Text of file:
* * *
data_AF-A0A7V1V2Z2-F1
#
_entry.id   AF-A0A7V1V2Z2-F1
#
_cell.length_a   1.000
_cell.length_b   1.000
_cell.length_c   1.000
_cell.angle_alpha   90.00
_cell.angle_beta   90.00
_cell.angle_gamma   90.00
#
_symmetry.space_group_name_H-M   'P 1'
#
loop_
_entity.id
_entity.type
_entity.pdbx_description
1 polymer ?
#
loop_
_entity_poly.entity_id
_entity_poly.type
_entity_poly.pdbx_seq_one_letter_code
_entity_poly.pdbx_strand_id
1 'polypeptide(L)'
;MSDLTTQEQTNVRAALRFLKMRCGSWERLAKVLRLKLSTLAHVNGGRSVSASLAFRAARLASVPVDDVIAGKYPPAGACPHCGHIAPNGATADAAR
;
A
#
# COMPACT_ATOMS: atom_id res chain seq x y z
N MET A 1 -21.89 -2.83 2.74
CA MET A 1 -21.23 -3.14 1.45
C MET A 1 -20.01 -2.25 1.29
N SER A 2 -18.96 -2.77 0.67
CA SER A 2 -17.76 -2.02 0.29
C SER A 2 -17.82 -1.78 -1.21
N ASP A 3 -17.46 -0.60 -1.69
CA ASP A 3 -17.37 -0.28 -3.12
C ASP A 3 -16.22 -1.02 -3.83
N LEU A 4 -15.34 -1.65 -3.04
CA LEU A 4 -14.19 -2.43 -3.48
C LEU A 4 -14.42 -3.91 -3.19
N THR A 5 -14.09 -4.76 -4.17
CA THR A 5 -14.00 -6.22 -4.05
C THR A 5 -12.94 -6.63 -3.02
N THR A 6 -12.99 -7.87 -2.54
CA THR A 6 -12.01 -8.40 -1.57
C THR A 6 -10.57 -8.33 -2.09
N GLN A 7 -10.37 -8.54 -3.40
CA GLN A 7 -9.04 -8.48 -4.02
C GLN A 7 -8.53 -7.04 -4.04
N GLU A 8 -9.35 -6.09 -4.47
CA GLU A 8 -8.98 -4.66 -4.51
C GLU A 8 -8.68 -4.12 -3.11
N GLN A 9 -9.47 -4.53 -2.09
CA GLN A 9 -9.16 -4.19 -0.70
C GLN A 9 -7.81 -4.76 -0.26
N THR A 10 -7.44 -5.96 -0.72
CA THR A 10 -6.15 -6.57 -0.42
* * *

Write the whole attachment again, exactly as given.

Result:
data_AF-A0A7V1V2Z2-F1
#
_entry.id   AF-A0A7V1V2Z2-F1
#
_cell.length_a   1.000
_cell.length_b   1.000
_cell.length_c   1.000
_cell.angle_alpha   90.00
_cell.angle_beta   90.00
_cell.angle_gamma   90.00
#
_symmetry.space_group_name_H-M   'P 1'
#
loop_
_entity.id
_entity.type
_entity.pdbx_description
1 polymer ?
#
loop_
_entity_poly.entity_id
_entity_poly.type
_entity_poly.pdbx_seq_one_letter_code
_entity_poly.pdbx_strand_id
1 'polypeptide(L)'
;MSDLTTQEQTNVRAALRFLKMRCGSWERLAKVLRLKLSTLAHVNGGRSVSASLAFRAARLASVPVDDVIAGKYPPAGACPHCGHIAPNGATADAAR
;
A
#
# COMPACT_ATOMS: atom_id res chain seq x y z
N MET A 1 -21.89 -2.83 2.74
CA MET A 1 -21.23 -3.14 1.45
C MET A 1 -20.01 -2.25 1.29
N SER A 2 -18.96 -2.77 0.67
CA SER A 2 -17.76 -2.02 0.29
C SER A 2 -17.82 -1.78 -1.21
N ASP A 3 -17.46 -0.60 -1.69
CA ASP A 3 -17.37 -0.28 -3.12
C ASP A 3 -16.22 -1.02 -3.83
N LEU A 4 -15.34 -1.65 -3.04
CA LEU A 4 -14.19 -2.43 -3.48
C LEU A 4 -14.42 -3.91 -3.19
N THR A 5 -14.09 -4.76 -4.17
CA THR A 5 -14.00 -6.22 -4.05
C THR A 5 -12.94 -6.63 -3.02
N THR A 6 -12.99 -7.87 -2.54
CA THR A 6 -12.01 -8.40 -1.57
C THR A 6 -10.57 -8.33 -2.09
N GLN A 7 -10.37 -8.54 -3.40
CA GLN A 7 -9.04 -8.48 -4.02
C GLN A 7 -8.53 -7.04 -4.04
N GLU A 8 -9.35 -6.09 -4.47
CA GLU A 8 -8.98 -4.66 -4.51
C GLU A 8 -8.68 -4.12 -3.11
N GLN A 9 -9.47 -4.53 -2.09
CA GLN A 9 -9.16 -4.19 -0.70
C GLN A 9 -7.81 -4.76 -0.26
N THR A 10 -7.44 -5.96 -0.72
CA THR A 10 -6.15 -6.57 -0.42